Peter Sheridan, the assistant chief constable noted previously, is also interviewed in agendaNI ahead of his taking on a new role as Chief Executive of Co-operation Ireland. And he’s identifying one of the problems with a top-down “indigenous” deal.
“Co-operation Ireland has been very successful in a conflict situation for the last 30 years but the context has changed out there and the challenge will be to be as equally successful in the next 30 years of Co-operation Ireland in a different context,” he remarks.
“Youre in a peace-building context. People have this view that the peace is done and its all over. And to some extent that part of the conflict is over but its by no means stable yet. Yes, a lot of the engagement has been at the top political level but actually the grassroots hasnt been engaged in it.”
Pointing to a nearby table, he comments that while Stormont looks “pretty steady on the surface”, the political situation, like the tables legs, is “very shaky at times” as shown when disputes have occurred over the devolution of policing and justice and the murder of Paul Quinn.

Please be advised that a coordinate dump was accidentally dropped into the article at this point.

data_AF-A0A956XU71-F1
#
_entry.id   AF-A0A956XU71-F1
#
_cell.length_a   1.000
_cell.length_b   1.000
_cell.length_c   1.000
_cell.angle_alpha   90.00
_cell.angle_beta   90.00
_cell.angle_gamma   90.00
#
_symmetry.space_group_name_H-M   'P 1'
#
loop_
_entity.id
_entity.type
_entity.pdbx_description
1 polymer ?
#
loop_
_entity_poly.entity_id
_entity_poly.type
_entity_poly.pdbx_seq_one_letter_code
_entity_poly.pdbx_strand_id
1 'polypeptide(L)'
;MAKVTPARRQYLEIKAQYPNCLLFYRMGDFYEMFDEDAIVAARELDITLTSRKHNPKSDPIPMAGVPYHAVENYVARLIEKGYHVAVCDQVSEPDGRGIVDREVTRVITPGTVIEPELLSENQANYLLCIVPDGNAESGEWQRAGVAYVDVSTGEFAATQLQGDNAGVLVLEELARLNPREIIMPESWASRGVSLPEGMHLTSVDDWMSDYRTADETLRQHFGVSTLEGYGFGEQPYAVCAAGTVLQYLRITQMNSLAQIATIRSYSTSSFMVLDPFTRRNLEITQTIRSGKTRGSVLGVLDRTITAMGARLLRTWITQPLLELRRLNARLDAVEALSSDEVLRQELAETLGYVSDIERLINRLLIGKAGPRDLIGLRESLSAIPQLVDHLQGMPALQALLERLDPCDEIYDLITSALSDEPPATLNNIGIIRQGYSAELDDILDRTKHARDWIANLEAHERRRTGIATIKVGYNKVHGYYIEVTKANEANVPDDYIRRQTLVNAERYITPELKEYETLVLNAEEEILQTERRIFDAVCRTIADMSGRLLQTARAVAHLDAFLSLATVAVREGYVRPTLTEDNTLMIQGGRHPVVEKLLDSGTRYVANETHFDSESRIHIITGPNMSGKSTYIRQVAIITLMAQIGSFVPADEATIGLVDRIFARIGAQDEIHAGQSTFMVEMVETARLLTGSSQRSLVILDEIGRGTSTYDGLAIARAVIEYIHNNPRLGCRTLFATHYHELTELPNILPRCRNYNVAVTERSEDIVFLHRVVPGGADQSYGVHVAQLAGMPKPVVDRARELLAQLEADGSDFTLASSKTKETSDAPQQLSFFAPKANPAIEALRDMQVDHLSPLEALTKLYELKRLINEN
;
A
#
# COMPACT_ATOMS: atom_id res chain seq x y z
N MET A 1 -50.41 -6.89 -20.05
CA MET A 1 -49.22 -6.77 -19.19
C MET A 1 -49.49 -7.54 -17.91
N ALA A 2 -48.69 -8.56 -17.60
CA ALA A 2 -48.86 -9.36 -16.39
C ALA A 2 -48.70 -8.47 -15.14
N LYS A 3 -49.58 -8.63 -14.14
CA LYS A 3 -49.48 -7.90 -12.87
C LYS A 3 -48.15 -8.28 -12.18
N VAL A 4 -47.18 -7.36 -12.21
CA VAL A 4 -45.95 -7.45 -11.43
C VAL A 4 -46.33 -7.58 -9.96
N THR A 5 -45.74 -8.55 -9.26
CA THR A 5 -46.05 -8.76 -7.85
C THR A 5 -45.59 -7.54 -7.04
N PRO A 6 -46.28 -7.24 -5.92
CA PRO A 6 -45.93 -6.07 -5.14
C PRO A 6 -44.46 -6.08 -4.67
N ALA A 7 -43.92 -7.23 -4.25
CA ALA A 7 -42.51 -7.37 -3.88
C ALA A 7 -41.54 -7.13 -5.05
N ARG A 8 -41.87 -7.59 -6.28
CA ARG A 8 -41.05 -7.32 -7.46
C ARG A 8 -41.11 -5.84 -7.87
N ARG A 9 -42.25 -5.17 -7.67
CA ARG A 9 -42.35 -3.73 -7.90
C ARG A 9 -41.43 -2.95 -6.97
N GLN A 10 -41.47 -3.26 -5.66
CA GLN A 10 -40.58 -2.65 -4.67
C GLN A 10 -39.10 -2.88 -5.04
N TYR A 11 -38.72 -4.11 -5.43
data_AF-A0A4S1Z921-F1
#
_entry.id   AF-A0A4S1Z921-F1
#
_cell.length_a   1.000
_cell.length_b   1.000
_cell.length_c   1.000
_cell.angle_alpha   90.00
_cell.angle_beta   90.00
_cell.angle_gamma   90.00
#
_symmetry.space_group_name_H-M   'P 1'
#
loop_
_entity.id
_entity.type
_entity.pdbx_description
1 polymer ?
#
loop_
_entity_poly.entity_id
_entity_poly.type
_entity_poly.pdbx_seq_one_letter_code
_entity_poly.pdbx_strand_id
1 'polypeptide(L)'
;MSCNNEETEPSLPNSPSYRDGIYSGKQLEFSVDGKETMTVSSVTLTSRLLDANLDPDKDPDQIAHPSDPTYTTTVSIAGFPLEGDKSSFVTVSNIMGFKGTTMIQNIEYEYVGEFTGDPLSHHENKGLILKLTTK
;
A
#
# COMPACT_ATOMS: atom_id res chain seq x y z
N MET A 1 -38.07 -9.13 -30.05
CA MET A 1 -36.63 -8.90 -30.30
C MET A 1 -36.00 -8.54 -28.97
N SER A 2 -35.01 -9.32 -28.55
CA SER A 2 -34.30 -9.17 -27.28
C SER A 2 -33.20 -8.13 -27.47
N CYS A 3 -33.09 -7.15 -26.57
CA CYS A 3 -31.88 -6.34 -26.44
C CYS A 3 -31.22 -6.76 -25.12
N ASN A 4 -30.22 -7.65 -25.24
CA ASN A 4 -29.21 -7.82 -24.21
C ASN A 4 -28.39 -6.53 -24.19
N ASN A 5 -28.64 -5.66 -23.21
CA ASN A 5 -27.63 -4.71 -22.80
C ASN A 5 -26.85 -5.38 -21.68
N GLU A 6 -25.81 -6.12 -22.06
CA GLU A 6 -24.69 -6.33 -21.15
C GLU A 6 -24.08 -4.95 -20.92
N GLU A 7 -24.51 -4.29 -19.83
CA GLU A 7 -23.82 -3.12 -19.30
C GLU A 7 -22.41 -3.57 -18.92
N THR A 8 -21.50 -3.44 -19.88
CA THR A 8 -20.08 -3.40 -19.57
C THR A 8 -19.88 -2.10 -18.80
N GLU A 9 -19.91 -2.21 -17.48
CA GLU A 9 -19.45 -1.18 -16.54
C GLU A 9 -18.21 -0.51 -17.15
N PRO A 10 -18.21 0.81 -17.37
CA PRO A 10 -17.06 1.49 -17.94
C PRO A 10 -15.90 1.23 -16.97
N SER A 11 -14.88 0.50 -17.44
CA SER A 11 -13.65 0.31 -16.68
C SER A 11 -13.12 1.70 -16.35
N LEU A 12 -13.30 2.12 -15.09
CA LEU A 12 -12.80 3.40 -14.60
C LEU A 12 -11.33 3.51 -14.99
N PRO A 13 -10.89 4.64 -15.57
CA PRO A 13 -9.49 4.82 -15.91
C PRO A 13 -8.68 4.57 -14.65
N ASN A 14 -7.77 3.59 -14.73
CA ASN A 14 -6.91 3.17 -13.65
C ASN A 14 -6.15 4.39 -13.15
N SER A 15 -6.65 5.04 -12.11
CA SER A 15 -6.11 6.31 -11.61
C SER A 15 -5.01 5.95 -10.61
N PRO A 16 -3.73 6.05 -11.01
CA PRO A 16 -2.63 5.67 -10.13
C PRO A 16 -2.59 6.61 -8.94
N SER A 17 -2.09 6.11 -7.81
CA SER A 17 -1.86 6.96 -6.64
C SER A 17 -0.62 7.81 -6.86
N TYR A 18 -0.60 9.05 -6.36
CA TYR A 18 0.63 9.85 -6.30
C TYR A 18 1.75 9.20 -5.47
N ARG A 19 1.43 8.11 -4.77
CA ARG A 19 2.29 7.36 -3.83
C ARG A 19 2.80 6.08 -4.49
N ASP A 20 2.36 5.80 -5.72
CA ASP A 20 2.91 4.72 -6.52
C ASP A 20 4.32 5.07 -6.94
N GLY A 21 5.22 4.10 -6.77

“All of that political agreement needs stabilised and needs underpinned at the grassroots level, which is what peacebuildings about. In some ways, the peace-making is a pragmatic enterprise whereas peace-building is much more vision-oriented. Its not about single events, its about process and a process that will take years. And so the context becomes more difficult.”
That vision has already been articulated in poet Michael Longley’s process of civilisation. And, as former Taoiseach Bertie Ahern pointed out, “people will just have to be tolerant of that..” including the deputy First Minister..